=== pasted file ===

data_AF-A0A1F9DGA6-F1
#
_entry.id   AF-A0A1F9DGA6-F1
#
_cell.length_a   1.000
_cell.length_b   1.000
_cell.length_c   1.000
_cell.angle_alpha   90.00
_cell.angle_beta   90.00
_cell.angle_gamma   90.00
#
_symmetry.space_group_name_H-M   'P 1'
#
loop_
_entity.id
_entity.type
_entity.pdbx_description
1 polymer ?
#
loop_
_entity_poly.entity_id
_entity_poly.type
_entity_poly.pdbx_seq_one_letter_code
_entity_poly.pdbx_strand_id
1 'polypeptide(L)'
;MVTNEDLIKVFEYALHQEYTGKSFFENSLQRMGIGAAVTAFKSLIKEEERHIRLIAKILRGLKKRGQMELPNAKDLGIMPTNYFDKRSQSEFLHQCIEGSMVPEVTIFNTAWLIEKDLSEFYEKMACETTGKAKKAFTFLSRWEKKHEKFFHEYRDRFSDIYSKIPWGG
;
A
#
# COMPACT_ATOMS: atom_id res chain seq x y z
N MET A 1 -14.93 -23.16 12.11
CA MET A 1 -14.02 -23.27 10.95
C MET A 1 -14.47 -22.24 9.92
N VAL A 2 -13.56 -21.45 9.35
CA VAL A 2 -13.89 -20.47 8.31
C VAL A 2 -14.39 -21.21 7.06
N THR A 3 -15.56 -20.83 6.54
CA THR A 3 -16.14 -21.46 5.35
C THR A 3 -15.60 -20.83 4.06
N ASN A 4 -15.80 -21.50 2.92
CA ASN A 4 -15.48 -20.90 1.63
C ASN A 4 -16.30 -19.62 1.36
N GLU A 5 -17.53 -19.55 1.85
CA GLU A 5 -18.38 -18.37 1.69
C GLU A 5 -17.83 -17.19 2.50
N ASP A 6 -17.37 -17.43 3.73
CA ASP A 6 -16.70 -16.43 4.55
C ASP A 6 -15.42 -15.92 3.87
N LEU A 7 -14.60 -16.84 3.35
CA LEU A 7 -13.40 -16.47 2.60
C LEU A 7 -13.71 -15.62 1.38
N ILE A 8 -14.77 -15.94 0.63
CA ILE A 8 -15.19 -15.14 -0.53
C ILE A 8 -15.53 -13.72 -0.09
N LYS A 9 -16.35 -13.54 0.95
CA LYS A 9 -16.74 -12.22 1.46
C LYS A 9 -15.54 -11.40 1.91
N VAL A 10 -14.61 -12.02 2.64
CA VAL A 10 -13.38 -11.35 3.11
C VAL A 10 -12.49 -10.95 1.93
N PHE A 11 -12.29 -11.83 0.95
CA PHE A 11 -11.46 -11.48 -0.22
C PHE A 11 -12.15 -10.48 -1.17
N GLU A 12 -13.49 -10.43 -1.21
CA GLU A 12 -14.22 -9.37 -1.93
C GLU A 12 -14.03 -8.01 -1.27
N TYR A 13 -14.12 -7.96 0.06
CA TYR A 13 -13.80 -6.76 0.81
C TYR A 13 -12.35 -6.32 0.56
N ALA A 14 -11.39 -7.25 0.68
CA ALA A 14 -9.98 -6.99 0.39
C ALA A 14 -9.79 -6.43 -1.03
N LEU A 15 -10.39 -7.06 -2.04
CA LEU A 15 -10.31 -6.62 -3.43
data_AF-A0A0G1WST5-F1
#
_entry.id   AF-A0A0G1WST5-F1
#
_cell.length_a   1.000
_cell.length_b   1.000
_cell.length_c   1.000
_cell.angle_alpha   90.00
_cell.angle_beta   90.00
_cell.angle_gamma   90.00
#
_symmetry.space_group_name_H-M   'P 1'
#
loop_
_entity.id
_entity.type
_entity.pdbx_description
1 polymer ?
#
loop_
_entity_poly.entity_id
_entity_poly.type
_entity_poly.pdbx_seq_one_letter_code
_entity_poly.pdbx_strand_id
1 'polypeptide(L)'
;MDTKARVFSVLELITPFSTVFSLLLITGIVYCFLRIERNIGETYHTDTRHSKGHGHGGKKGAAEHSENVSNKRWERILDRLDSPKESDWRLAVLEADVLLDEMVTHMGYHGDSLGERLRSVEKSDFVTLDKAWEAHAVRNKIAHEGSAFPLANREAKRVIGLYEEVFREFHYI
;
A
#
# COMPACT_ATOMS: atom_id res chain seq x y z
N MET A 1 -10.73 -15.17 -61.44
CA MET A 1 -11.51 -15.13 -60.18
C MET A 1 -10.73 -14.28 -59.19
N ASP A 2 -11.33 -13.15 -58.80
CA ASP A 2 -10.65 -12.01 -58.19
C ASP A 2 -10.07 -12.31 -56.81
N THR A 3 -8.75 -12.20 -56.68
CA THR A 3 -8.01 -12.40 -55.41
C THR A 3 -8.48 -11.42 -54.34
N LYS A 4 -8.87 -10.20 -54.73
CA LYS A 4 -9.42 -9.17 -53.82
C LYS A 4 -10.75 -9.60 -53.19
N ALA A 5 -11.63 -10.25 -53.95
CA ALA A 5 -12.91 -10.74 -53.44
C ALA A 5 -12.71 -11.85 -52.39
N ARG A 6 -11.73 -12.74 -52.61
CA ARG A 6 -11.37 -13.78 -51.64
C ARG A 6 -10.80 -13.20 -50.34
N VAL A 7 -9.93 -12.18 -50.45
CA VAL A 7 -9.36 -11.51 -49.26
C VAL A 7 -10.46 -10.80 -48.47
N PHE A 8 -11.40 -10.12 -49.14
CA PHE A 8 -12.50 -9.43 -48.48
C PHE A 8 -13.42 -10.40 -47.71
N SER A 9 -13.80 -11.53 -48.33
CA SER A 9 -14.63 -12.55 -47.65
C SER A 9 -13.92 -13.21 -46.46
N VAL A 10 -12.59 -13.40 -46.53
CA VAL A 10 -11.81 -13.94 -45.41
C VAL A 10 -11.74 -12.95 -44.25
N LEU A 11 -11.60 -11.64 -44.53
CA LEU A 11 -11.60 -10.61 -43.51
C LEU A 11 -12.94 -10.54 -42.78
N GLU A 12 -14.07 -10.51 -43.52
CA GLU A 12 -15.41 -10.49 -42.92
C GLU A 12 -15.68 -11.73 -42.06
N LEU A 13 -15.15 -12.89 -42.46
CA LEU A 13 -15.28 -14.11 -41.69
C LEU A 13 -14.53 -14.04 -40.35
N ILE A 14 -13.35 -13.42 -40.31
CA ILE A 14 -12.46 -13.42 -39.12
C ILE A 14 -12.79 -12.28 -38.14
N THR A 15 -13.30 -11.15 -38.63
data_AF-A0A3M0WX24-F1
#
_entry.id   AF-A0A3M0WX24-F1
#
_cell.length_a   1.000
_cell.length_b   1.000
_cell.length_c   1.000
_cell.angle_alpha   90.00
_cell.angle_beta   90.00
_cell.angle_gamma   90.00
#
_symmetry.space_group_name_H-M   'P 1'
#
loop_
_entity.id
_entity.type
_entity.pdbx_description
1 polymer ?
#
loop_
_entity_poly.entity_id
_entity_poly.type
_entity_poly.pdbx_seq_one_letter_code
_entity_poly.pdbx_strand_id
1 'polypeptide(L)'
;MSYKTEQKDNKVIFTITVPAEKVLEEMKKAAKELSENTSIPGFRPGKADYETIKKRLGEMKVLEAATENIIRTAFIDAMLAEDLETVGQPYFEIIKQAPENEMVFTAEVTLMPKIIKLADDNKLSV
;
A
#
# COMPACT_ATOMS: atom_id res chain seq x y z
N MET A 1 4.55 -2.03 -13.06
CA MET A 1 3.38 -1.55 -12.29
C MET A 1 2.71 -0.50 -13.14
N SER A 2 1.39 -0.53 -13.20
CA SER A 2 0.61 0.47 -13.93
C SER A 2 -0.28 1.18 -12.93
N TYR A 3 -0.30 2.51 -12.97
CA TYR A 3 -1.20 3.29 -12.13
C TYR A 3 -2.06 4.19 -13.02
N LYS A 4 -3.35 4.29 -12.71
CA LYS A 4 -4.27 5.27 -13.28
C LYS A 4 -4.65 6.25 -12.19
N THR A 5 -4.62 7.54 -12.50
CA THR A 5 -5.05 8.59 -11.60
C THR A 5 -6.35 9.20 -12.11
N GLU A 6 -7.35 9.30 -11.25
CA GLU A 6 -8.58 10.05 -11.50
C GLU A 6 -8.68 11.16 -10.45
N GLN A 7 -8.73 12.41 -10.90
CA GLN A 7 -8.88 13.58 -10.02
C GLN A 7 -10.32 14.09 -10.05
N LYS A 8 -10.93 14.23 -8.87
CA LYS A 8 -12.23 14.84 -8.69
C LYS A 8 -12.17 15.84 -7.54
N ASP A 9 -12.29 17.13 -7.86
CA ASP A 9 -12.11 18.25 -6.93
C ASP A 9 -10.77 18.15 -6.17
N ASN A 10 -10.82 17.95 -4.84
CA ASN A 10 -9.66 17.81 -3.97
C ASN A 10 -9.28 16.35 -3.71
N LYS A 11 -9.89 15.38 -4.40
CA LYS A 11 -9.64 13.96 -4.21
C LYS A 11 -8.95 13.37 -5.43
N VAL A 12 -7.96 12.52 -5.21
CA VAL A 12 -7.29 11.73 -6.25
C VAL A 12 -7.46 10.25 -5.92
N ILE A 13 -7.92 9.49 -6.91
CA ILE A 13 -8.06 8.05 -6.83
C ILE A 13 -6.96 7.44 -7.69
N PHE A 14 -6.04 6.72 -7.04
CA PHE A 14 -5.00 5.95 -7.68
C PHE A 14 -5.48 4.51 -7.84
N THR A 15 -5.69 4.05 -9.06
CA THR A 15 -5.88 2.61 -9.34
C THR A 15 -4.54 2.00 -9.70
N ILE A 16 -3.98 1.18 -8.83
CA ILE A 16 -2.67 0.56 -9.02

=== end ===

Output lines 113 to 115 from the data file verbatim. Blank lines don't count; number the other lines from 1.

C THR A 3 -8.48 -11.42 -54.34
N LYS A 4 -8.87 -10.20 -54.73
CA LYS A 4 -9.42 -9.17 -53.82